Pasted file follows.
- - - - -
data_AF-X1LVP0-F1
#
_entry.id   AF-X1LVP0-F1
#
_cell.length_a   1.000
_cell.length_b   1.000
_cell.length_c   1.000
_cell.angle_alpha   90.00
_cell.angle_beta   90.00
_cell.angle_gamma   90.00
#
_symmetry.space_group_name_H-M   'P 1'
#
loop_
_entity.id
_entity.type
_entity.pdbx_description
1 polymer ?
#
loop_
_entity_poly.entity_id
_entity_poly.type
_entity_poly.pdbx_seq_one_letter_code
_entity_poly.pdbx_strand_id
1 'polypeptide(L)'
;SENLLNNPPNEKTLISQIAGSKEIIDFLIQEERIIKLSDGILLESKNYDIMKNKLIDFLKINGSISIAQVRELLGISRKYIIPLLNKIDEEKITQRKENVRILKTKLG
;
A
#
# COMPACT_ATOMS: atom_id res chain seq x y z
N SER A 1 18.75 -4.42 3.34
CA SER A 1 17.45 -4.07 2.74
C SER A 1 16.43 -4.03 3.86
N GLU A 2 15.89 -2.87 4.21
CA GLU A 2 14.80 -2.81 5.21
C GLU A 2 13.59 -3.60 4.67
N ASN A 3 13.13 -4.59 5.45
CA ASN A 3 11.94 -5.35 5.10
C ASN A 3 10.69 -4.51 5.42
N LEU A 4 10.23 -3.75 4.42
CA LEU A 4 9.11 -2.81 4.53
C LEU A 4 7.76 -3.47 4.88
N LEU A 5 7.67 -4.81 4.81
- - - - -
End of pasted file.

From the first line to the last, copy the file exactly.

data_AF-X1LVP0-F1
#
_entry.id   AF-X1LVP0-F1
#
_cell.length_a   1.000
_cell.length_b   1.000
_cell.length_c   1.000
_cell.angle_alpha   90.00
_cell.angle_beta   90.00
_cell.angle_gamma   90.00
#
_symmetry.space_group_name_H-M   'P 1'
#
loop_
_entity.id
_entity.type
_entity.pdbx_description
1 polymer ?
#
loop_
_entity_poly.entity_id
_entity_poly.type
_entity_poly.pdbx_seq_one_letter_code
_entity_poly.pdbx_strand_id
1 'polypeptide(L)'
;SENLLNNPPNEKTLISQIAGSKEIIDFLIQEERIIKLSDGILLESKNYDIMKNKLIDFLKINGSISIAQVRELLGISRKYIIPLLNKIDEEKITQRKENVRILKTKLG
;
A
#
# COMPACT_ATOMS: atom_id res chain seq x y z
N SER A 1 18.75 -4.42 3.34
CA SER A 1 17.45 -4.07 2.74
C SER A 1 16.43 -4.03 3.86
N GLU A 2 15.89 -2.87 4.21
CA GLU A 2 14.80 -2.81 5.21
C GLU A 2 13.59 -3.60 4.67
N ASN A 3 13.13 -4.59 5.45
CA ASN A 3 11.94 -5.35 5.10
C ASN A 3 10.69 -4.51 5.42
N LEU A 4 10.23 -3.75 4.42
CA LEU A 4 9.11 -2.81 4.53
C LEU A 4 7.76 -3.47 4.88
N LEU A 5 7.67 -4.81 4.81